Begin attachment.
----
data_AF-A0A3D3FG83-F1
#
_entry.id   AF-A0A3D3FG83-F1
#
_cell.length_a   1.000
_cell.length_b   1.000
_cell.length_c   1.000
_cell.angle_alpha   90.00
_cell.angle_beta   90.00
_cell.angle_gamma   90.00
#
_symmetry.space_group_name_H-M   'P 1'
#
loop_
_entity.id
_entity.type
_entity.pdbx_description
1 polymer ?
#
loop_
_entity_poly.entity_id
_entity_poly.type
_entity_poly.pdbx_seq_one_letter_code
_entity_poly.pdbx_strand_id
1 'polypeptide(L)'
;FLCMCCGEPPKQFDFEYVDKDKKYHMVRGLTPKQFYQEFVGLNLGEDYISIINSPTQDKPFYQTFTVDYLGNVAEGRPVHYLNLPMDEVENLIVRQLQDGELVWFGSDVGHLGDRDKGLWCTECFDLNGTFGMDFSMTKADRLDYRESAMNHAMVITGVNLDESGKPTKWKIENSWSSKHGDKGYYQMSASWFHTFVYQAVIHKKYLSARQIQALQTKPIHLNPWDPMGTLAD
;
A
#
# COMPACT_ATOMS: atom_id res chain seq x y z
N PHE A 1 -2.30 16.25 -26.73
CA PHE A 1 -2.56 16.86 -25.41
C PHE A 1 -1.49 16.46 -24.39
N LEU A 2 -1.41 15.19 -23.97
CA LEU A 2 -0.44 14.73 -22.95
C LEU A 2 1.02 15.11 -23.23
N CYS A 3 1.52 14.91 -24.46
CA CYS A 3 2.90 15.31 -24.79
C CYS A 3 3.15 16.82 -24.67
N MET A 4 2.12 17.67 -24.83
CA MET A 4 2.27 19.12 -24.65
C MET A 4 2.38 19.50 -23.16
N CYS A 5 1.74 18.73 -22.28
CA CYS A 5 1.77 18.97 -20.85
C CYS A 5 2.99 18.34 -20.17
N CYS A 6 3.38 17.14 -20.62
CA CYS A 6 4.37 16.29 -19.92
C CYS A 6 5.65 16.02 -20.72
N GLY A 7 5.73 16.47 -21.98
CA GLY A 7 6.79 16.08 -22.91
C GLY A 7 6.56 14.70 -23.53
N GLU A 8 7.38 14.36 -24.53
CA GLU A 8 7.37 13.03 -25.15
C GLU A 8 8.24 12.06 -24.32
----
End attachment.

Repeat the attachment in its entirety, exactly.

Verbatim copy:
data_AF-A0A3D3FG83-F1
#
_entry.id   AF-A0A3D3FG83-F1
#
_cell.length_a   1.000
_cell.length_b   1.000
_cell.length_c   1.000
_cell.angle_alpha   90.00
_cell.angle_beta   90.00
_cell.angle_gamma   90.00
#
_symmetry.space_group_name_H-M   'P 1'
#
loop_
_entity.id
_entity.type
_entity.pdbx_description
1 polymer ?
#
loop_
_entity_poly.entity_id
_entity_poly.type
_entity_poly.pdbx_seq_one_letter_code
_entity_poly.pdbx_strand_id
1 'polypeptide(L)'
;FLCMCCGEPPKQFDFEYVDKDKKYHMVRGLTPKQFYQEFVGLNLGEDYISIINSPTQDKPFYQTFTVDYLGNVAEGRPVHYLNLPMDEVENLIVRQLQDGELVWFGSDVGHLGDRDKGLWCTECFDLNGTFGMDFSMTKADRLDYRESAMNHAMVITGVNLDESGKPTKWKIENSWSSKHGDKGYYQMSASWFHTFVYQAVIHKKYLSARQIQALQTKPIHLNPWDPMGTLAD
;
A
#
# COMPACT_ATOMS: atom_id res chain seq x y z
N PHE A 1 -2.30 16.25 -26.73
CA PHE A 1 -2.56 16.86 -25.41
C PHE A 1 -1.49 16.46 -24.39
N LEU A 2 -1.41 15.19 -23.97
CA LEU A 2 -0.44 14.73 -22.95
C LEU A 2 1.02 15.11 -23.23
N CYS A 3 1.52 14.91 -24.46
CA CYS A 3 2.90 15.31 -24.79
C CYS A 3 3.15 16.82 -24.67
N MET A 4 2.12 17.67 -24.83
CA MET A 4 2.27 19.12 -24.65
C MET A 4 2.38 19.50 -23.16
N CYS A 5 1.74 18.73 -22.28
CA CYS A 5 1.77 18.97 -20.85
C CYS A 5 2.99 18.34 -20.17
N CYS A 6 3.38 17.14 -20.62
CA CYS A 6 4.37 16.29 -19.92
C CYS A 6 5.65 16.02 -20.72
N GLY A 7 5.73 16.47 -21.98
CA GLY A 7 6.79 16.08 -22.91
C GLY A 7 6.56 14.70 -23.53
N GLU A 8 7.38 14.36 -24.53
CA GLU A 8 7.37 13.03 -25.15
C GLU A 8 8.24 12.06 -24.32